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This is not a question but an observation and end up as a rant! :) With a Q&A site like SO, I came to the conclusion that you have to be pretty careful with how long the question is and how much extra descriptive information you add to the question so that you don't get all those "duh.. everyone knows this..".

I tend to post shorter questions so as not to bore users or drive away impatient ones who don't want to read 'essays'. But this is biting me back when I get answers that I already know of and then these answers get voted up by many users then I am like " NO NO.. I already know this and this is not the direction my question wants you to do..". and then you start posting additions to your question in hope of driving new viewers to the direction you want them to go in their answers and not follow the previous herd! This whole situation becomes frustrating.

And so then for the future you think of posting a question and then think for a moment what types of answers viewers would typical post. Those generic answers most people already know, or someone did a quick Google search and copied a reply. You know.. the thing you can do yourself in a few minutes. So maybe I get motivated to add to the question statements like "I know I can do this.. " and I know I can do that..." and I have tried this and I have tried that already. In essence being on the defensive and be preemptive and tell the users 'don't think of posting that answer' because I am really looking for the gem answer. The one that nails it. The one which only a few people on earth know. That one that saved me after me Googling for hours and after trying a ton of ideas.

Cause one time I had an urgent thing to do in some code. I didn't get answers or I didn't get good answers. I posted a bounty. an answer got a few upvotes but it didn't solve my problem. My points went to the person and I was WTF? I didn't select the answer. I think I read something about the points are gone if an answer has been upvoted. You mean regardless if I selected it!? Anyways, I don't know what were all the circumstances and I don't care. I have a job to do and if I can pay some points for it, I will do it. heck... I used to be an experts-exchange member and I paid money for answers.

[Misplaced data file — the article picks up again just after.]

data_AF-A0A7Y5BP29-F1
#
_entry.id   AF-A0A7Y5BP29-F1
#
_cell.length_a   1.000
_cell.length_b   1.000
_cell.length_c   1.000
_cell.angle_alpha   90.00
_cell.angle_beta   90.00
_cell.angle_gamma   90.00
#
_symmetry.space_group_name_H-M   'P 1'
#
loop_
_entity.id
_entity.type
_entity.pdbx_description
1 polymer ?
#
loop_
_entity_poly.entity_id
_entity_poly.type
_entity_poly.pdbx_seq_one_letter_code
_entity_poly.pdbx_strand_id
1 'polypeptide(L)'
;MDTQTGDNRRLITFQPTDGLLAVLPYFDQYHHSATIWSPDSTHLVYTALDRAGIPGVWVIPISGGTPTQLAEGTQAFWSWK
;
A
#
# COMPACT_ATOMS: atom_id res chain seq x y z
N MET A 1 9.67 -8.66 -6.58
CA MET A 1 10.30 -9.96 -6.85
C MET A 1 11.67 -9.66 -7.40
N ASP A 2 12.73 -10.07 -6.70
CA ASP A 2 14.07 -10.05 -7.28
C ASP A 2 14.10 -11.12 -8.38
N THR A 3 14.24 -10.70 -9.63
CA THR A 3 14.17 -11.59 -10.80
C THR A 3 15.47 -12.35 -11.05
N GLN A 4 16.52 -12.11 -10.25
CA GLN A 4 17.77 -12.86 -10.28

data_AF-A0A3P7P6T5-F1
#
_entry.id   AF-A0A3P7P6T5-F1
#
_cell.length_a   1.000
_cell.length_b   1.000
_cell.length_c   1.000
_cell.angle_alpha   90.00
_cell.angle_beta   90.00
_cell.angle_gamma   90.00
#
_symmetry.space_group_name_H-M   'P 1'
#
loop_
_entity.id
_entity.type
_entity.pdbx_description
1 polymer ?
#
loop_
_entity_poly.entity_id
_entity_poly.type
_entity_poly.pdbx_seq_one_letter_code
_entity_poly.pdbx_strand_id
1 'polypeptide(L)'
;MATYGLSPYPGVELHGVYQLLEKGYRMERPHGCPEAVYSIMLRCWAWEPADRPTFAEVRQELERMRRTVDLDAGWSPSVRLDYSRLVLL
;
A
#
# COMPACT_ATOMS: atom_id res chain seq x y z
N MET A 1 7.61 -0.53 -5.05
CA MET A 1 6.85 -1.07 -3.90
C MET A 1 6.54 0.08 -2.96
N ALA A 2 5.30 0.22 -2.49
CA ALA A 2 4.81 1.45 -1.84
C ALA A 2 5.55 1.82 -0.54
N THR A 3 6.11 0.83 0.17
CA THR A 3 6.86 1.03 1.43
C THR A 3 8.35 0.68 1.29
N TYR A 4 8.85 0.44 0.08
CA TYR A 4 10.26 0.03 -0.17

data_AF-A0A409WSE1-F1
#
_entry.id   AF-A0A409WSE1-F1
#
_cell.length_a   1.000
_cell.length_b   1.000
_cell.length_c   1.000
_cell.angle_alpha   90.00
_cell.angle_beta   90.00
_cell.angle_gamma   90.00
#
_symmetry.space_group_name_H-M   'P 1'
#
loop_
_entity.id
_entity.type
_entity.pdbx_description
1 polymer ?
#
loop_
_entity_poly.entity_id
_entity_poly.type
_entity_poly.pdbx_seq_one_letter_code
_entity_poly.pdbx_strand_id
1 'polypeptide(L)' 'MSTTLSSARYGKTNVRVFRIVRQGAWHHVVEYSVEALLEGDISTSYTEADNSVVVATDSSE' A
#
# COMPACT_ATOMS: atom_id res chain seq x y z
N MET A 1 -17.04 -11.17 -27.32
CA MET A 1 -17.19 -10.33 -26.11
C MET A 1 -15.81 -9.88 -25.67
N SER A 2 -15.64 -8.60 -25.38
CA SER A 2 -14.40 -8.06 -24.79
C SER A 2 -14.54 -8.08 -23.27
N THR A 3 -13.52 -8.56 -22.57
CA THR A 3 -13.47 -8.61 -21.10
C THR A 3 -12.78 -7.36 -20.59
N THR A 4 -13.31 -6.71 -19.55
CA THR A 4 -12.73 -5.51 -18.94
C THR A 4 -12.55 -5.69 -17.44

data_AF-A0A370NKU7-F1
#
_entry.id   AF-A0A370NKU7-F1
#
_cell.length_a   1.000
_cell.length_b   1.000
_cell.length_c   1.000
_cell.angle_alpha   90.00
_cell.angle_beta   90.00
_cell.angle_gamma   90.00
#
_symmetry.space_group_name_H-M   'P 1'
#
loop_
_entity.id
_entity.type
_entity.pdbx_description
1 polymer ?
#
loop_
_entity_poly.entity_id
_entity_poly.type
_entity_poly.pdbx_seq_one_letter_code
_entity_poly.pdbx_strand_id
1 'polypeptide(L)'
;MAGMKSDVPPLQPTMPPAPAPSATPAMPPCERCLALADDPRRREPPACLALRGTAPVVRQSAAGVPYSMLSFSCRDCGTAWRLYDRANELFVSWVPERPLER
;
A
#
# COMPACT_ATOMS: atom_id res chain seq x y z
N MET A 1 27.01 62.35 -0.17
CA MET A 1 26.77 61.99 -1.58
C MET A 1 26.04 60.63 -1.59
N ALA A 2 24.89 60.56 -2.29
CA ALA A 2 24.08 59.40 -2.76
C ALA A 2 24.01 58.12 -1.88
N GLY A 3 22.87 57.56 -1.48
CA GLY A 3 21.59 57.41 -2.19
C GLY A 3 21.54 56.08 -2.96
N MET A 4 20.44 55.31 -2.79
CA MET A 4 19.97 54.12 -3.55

It has happened to me MANY times that I get an answer which was already in my mind and I go "God dammit.. I knew someone will mention this. I should have mentioned this in the question".

What I want to say is that when asking a question, it's best to pour all your knowledge and findings in it so that the viewers will then take it from there. You want people START from where you hit the wall, not anywhere between your start and your wall.

Sorry for the long rant. It's a slow Friday!

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tl;dr (which is apparently too short for comments) –  Andrew Grimm Jul 30 '10 at 23:56
    
@andrew, what does "tl;dr" mean? –  devinb Aug 25 '10 at 18:46
    
@devinb: tl;dr –  Andrew Grimm Aug 26 '10 at 3:10
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2 Answers

This is a problem in technical writing, and it is hard.

You want to get across to your audience a precisely defined and limited question in as few words as possible.

I've been using a pattern like:

How can I frobnicate my Fooster?

I been using libBar to work on a problem that came up in database access context at work, but I'm having trouble getting Fooster to frobnicate it the way I want.

I don't want to use the Quix facility because it boffs up the ordering.

What other choices do I have?

and possible add a swath of background afterwards if I deem it helpful. See for instance Can ElementTree be told to preserve the order of attributes?.

This is not perfect, but it has generated more good results than bad ones so far.

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Every time I see the word frobnicate, I have to click up vote. –  Tim Post Jul 31 '10 at 8:03
    
+1 for "frobnicate" and the good pattern. I love answering questions like this. –  Joachim Sauer Aug 8 '11 at 9:05
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Yes. This is true. (not that there is much of a question but...)

In the earlier days of SO, this discussion came on. iirc (which I may jot, as I can't even remember if this was a podcast or meta), Joel didn't want people posting lists of what they had tried, so that the answers formed a checklist of todo's for that problem. (Might have been Jeff, but I think it was Joel). However, pretty much everybody else on the sites were more pragmatic, and realised people wanted answers to their problem.

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